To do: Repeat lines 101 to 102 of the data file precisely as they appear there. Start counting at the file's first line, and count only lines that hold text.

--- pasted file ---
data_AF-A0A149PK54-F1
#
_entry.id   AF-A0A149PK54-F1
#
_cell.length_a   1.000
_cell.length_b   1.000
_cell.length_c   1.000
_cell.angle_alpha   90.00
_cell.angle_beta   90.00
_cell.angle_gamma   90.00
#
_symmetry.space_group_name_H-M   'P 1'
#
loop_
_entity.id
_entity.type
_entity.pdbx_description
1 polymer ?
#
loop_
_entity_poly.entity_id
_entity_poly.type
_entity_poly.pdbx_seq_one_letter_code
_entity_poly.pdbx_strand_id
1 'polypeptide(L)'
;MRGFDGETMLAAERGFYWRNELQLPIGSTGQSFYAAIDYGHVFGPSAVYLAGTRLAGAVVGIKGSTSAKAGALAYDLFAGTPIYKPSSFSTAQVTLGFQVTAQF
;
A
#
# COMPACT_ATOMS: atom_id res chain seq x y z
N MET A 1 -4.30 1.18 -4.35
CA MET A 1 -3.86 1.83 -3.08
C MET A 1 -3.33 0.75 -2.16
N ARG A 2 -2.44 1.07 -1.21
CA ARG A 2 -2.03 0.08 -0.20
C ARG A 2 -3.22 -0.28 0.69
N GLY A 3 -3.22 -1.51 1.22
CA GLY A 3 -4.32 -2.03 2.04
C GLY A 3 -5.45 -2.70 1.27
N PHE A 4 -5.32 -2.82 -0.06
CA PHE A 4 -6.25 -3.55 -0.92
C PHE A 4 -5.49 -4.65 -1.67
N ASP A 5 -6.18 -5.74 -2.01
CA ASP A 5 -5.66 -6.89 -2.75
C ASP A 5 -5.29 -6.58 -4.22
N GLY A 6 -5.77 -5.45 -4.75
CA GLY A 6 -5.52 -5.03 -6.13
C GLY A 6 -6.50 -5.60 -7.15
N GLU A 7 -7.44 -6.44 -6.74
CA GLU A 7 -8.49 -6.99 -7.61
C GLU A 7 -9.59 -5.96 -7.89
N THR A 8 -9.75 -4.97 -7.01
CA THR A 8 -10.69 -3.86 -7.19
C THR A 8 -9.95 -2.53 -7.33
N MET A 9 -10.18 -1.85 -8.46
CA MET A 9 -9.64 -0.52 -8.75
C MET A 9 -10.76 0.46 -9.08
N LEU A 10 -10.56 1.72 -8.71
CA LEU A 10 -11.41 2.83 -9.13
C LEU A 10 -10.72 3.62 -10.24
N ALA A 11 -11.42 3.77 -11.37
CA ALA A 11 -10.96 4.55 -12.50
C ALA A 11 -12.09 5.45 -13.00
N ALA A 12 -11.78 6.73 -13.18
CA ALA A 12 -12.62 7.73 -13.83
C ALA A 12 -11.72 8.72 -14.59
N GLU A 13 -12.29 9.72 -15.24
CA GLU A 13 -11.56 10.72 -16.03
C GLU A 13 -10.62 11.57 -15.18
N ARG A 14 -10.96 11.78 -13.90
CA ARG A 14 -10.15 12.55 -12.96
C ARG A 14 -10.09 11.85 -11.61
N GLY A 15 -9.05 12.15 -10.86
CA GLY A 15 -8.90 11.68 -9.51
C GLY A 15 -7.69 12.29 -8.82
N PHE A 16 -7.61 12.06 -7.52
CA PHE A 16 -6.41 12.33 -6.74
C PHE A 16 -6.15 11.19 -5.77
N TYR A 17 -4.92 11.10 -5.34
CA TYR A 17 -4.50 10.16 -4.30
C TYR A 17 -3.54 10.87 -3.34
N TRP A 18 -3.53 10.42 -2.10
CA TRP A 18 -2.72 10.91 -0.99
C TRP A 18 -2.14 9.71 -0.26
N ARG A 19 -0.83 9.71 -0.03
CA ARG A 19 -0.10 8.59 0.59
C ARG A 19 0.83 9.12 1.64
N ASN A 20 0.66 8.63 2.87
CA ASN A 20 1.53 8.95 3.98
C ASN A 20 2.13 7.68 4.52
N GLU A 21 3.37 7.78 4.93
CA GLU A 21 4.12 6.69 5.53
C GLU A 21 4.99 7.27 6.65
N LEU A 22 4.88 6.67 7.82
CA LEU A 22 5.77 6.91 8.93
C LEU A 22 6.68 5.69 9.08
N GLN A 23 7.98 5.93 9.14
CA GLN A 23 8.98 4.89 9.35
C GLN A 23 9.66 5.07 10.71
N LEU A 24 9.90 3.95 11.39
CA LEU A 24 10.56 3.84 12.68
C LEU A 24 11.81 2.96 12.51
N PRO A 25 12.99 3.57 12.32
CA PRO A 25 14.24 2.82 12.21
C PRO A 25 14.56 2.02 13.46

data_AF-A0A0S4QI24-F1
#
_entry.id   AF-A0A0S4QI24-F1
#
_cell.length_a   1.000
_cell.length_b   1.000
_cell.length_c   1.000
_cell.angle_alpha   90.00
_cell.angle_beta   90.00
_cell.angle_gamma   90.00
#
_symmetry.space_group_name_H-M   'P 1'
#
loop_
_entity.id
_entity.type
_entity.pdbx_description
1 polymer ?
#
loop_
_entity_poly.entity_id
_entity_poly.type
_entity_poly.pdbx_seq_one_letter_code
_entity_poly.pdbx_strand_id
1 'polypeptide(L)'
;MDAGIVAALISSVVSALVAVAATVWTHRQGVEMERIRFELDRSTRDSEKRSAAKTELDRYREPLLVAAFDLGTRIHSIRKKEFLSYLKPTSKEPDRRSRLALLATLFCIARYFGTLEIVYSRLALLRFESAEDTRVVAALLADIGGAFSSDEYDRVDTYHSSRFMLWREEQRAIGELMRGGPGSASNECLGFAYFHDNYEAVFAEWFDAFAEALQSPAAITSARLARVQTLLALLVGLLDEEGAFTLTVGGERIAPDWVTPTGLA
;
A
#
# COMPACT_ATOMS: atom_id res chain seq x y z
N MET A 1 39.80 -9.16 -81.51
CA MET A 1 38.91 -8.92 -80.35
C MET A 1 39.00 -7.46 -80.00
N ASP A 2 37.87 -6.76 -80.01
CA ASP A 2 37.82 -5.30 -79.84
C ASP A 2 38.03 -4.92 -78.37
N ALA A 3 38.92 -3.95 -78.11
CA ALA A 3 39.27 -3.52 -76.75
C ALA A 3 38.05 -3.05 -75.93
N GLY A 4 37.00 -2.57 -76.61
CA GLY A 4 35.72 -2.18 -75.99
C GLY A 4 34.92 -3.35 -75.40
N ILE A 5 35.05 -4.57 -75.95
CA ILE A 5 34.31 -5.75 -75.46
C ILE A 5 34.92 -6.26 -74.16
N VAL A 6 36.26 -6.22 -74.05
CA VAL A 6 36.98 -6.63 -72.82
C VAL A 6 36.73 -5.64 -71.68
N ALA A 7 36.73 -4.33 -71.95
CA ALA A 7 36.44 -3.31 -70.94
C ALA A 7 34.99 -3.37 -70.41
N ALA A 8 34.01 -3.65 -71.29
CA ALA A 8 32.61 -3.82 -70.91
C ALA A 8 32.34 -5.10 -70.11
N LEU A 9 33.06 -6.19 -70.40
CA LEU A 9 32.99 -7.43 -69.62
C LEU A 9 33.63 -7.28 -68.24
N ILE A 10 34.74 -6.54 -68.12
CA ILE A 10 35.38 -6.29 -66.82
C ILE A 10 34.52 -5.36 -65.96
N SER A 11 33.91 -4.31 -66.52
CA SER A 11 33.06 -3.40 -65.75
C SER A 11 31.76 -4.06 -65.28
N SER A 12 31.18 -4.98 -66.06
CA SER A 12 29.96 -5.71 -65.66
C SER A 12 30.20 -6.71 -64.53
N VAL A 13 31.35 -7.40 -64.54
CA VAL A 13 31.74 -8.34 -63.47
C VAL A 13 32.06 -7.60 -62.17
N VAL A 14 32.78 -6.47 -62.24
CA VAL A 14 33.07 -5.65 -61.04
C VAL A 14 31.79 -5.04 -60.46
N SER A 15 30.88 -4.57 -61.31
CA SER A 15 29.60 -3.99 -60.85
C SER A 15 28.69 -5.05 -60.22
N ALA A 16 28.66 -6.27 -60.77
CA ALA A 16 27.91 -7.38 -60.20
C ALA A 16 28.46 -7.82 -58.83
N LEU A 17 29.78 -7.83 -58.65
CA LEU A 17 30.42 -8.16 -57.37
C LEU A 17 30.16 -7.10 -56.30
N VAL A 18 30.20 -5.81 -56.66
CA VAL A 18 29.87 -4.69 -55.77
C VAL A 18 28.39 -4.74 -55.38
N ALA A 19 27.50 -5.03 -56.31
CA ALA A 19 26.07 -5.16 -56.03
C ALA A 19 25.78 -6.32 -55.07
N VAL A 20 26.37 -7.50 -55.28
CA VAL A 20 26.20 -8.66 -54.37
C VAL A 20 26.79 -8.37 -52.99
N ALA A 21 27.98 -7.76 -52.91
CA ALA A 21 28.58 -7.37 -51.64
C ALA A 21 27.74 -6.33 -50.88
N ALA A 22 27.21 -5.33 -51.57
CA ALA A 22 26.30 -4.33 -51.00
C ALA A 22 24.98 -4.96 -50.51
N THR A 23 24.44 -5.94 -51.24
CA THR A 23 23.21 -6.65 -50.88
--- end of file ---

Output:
CA LEU A 24 10.56 3.84 12.68
C LEU A 24 11.81 2.96 12.51